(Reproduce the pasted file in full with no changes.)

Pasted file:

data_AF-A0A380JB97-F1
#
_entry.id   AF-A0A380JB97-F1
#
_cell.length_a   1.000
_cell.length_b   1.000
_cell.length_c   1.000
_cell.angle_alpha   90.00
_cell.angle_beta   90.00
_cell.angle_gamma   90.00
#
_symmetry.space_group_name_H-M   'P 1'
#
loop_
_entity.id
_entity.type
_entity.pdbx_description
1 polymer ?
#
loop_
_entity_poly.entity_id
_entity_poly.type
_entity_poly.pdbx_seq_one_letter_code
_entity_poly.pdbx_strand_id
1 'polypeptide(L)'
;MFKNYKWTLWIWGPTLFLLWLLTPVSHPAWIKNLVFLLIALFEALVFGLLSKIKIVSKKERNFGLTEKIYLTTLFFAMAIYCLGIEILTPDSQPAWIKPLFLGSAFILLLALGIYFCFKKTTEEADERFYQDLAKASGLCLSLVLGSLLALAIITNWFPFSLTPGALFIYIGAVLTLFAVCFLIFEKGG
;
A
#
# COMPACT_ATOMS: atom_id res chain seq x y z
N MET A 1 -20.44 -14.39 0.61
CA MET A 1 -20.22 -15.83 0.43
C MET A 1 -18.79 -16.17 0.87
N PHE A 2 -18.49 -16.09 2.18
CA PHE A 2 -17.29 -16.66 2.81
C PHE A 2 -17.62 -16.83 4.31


data_AF-A0A380JB97-F1
#
_entry.id   AF-A0A380JB97-F1
#
_cell.length_a   1.000
_cell.length_b   1.000
_cell.length_c   1.000
_cell.angle_alpha   90.00
_cell.angle_beta   90.00
_cell.angle_gamma   90.00
#
_symmetry.space_group_name_H-M   'P 1'
#
loop_
_entity.id
_entity.type
_entity.pdbx_description
1 polymer ?
#
loop_
_entity_poly.entity_id
_entity_poly.type
_entity_poly.pdbx_seq_one_letter_code
_entity_poly.pdbx_strand_id
1 'polypeptide(L)'
;MFKNYKWTLWIWGPTLFLLWLLTPVSHPAWIKNLVFLLIALFEALVFGLLSKIKIVSKKERNFGLTEKIYLTTLFFAMAIYCLGIEILTPDSQPAWIKPLFLGSAFILLLALGIYFCFKKTTEEADERFYQDLAKASGLCLSLVLGSLLALAIITNWFPFSLTPGALFIYIGAVLTLFAVCFLIFEKGG
;
A
#
# COMPACT_ATOMS: atom_id res chain seq x y z
N MET A 1 -20.44 -14.39 0.61
CA MET A 1 -20.22 -15.83 0.43
C MET A 1 -18.79 -16.17 0.87
N PHE A 2 -18.49 -16.09 2.18
CA PHE A 2 -17.29 -16.66 2.81
C PHE A 2 -17.62 -16.83 4.31